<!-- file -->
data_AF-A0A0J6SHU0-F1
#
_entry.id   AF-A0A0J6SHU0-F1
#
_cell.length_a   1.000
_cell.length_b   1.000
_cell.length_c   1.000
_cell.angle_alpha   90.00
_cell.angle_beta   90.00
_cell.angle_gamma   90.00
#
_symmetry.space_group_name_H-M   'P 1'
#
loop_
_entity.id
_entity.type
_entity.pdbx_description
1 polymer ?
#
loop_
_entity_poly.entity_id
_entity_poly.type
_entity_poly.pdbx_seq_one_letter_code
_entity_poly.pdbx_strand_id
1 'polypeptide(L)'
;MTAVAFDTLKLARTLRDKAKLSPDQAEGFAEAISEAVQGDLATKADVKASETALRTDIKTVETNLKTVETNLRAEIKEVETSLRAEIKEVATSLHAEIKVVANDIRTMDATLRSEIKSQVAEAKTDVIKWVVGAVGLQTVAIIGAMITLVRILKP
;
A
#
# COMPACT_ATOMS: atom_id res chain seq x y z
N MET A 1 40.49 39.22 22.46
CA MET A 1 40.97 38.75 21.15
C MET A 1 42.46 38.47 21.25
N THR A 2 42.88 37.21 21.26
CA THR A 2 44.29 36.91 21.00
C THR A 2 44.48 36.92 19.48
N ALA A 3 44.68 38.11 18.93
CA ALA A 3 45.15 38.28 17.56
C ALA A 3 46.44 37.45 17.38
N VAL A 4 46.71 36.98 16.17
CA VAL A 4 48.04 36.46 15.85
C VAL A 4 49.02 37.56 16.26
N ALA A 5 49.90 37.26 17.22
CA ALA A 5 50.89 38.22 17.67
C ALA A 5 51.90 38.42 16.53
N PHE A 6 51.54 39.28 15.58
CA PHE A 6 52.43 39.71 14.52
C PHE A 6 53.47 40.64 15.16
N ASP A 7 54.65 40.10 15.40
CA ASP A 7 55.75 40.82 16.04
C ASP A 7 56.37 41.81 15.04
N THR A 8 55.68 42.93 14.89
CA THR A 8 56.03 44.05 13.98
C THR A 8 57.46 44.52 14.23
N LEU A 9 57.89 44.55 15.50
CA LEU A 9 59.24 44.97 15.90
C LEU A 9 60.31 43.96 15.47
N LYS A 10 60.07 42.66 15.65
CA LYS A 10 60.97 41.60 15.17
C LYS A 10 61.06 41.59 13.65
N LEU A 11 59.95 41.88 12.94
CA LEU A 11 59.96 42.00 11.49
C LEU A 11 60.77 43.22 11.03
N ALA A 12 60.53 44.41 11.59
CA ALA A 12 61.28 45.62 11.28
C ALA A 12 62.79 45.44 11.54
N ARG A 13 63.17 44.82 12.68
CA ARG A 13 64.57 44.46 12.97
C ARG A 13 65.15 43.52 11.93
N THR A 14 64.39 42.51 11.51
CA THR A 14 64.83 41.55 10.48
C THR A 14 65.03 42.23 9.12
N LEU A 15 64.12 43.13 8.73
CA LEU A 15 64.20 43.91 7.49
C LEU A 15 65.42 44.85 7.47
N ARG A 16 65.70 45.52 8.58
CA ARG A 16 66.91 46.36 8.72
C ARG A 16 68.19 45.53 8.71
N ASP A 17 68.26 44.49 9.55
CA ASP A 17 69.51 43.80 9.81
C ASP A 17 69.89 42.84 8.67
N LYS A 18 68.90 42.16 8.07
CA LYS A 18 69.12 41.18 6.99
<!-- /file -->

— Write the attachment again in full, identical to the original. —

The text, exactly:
data_AF-A0A0J6SHU0-F1
#
_entry.id   AF-A0A0J6SHU0-F1
#
_cell.length_a   1.000
_cell.length_b   1.000
_cell.length_c   1.000
_cell.angle_alpha   90.00
_cell.angle_beta   90.00
_cell.angle_gamma   90.00
#
_symmetry.space_group_name_H-M   'P 1'
#
loop_
_entity.id
_entity.type
_entity.pdbx_description
1 polymer ?
#
loop_
_entity_poly.entity_id
_entity_poly.type
_entity_poly.pdbx_seq_one_letter_code
_entity_poly.pdbx_strand_id
1 'polypeptide(L)'
;MTAVAFDTLKLARTLRDKAKLSPDQAEGFAEAISEAVQGDLATKADVKASETALRTDIKTVETNLKTVETNLRAEIKEVETSLRAEIKEVATSLHAEIKVVANDIRTMDATLRSEIKSQVAEAKTDVIKWVVGAVGLQTVAIIGAMITLVRILKP
;
A
#
# COMPACT_ATOMS: atom_id res chain seq x y z
N MET A 1 40.49 39.22 22.46
CA MET A 1 40.97 38.75 21.15
C MET A 1 42.46 38.47 21.25
N THR A 2 42.88 37.21 21.26
CA THR A 2 44.29 36.91 21.00
C THR A 2 44.48 36.92 19.48
N ALA A 3 44.68 38.11 18.93
CA ALA A 3 45.15 38.28 17.56
C ALA A 3 46.44 37.45 17.38
N VAL A 4 46.71 36.98 16.17
CA VAL A 4 48.04 36.46 15.85
C VAL A 4 49.02 37.56 16.26
N ALA A 5 49.90 37.26 17.22
CA ALA A 5 50.89 38.22 17.67
C ALA A 5 51.90 38.42 16.53
N PHE A 6 51.54 39.28 15.58
CA PHE A 6 52.43 39.71 14.52
C PHE A 6 53.47 40.64 15.16
N ASP A 7 54.65 40.10 15.40
CA ASP A 7 55.75 40.82 16.04
C ASP A 7 56.37 41.81 15.04
N THR A 8 55.68 42.93 14.89
CA THR A 8 56.03 44.05 13.98
C THR A 8 57.46 44.52 14.23
N LEU A 9 57.89 44.55 15.50
CA LEU A 9 59.24 44.97 15.90
C LEU A 9 60.31 43.96 15.47
N LYS A 10 60.07 42.66 15.65
CA LYS A 10 60.97 41.60 15.17
C LYS A 10 61.06 41.59 13.65
N LEU A 11 59.95 41.88 12.94
CA LEU A 11 59.96 42.00 11.49
C LEU A 11 60.77 43.22 11.03
N ALA A 12 60.53 44.41 11.59
CA ALA A 12 61.28 45.62 11.28
C ALA A 12 62.79 45.44 11.54
N ARG A 13 63.17 44.82 12.68
CA ARG A 13 64.57 44.46 12.97
C ARG A 13 65.15 43.52 11.93
N THR A 14 64.39 42.51 11.51
CA THR A 14 64.83 41.55 10.48
C THR A 14 65.03 42.23 9.12
N LEU A 15 64.12 43.13 8.73
CA LEU A 15 64.20 43.91 7.49
C LEU A 15 65.42 44.85 7.47
N ARG A 16 65.70 45.52 8.58
CA ARG A 16 66.91 46.36 8.72
C ARG A 16 68.19 45.53 8.71
N ASP A 17 68.26 44.49 9.55
CA ASP A 17 69.51 43.80 9.81
C ASP A 17 69.89 42.84 8.67
N LYS A 18 68.90 42.16 8.07
CA LYS A 18 69.12 41.18 6.99